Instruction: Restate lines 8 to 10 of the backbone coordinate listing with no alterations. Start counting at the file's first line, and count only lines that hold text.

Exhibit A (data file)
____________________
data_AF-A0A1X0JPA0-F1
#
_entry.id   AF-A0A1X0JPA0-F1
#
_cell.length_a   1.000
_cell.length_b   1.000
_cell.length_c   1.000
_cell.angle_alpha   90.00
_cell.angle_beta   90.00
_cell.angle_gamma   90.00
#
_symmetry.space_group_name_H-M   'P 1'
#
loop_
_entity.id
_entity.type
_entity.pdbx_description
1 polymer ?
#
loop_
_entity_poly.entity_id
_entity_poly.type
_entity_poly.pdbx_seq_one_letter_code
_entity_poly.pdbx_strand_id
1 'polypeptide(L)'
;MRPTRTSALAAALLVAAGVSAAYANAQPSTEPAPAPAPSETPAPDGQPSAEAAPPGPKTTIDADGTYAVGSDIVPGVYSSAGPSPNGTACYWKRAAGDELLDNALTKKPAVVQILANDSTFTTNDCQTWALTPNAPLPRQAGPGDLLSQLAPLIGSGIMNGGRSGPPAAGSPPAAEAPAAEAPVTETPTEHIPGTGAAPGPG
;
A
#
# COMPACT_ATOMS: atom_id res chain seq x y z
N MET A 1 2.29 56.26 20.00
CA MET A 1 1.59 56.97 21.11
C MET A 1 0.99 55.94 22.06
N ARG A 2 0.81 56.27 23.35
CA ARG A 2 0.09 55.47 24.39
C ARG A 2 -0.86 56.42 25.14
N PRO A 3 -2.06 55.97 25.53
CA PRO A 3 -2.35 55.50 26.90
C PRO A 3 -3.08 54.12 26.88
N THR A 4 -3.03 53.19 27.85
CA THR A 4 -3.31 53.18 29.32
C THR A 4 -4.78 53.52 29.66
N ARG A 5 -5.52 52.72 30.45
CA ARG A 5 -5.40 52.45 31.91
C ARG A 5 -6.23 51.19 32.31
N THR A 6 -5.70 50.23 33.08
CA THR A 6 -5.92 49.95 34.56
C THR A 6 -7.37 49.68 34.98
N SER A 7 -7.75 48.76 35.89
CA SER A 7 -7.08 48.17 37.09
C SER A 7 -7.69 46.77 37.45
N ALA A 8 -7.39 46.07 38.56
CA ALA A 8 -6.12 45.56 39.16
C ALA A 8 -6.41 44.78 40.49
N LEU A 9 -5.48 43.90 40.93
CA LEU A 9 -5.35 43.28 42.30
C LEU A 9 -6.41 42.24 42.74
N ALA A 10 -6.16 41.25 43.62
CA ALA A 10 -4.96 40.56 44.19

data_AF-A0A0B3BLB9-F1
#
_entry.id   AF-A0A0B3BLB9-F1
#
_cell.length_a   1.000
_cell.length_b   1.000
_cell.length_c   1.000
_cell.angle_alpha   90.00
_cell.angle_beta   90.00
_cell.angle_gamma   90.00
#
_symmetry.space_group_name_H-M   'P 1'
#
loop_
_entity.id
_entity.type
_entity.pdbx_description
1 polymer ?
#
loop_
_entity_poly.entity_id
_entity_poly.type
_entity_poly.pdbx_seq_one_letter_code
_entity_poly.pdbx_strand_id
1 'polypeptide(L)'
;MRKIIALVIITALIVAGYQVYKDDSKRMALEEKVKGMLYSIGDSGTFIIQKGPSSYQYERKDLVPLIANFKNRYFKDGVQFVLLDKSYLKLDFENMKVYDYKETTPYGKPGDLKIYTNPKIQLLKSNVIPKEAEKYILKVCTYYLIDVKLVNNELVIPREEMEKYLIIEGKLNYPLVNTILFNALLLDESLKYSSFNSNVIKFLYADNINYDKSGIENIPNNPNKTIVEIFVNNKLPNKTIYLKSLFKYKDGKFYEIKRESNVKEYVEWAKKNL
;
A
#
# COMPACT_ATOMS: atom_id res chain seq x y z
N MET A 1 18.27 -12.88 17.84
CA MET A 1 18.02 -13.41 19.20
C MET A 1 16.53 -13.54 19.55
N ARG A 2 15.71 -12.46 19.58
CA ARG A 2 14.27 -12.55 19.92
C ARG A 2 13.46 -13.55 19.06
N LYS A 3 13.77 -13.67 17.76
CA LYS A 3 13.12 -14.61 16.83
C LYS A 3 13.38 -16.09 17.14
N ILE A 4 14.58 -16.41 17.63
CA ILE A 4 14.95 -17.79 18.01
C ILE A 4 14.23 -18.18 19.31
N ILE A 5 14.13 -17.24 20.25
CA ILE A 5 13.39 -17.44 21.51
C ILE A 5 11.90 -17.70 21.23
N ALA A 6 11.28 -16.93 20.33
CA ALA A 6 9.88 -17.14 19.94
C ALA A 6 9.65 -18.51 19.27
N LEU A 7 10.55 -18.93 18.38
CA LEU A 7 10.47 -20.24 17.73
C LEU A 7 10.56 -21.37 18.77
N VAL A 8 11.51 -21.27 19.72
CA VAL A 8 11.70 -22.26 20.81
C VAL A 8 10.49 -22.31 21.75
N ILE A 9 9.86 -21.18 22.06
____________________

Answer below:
_cell.angle_alpha   90.00
_cell.angle_beta   90.00
_cell.angle_gamma   90.00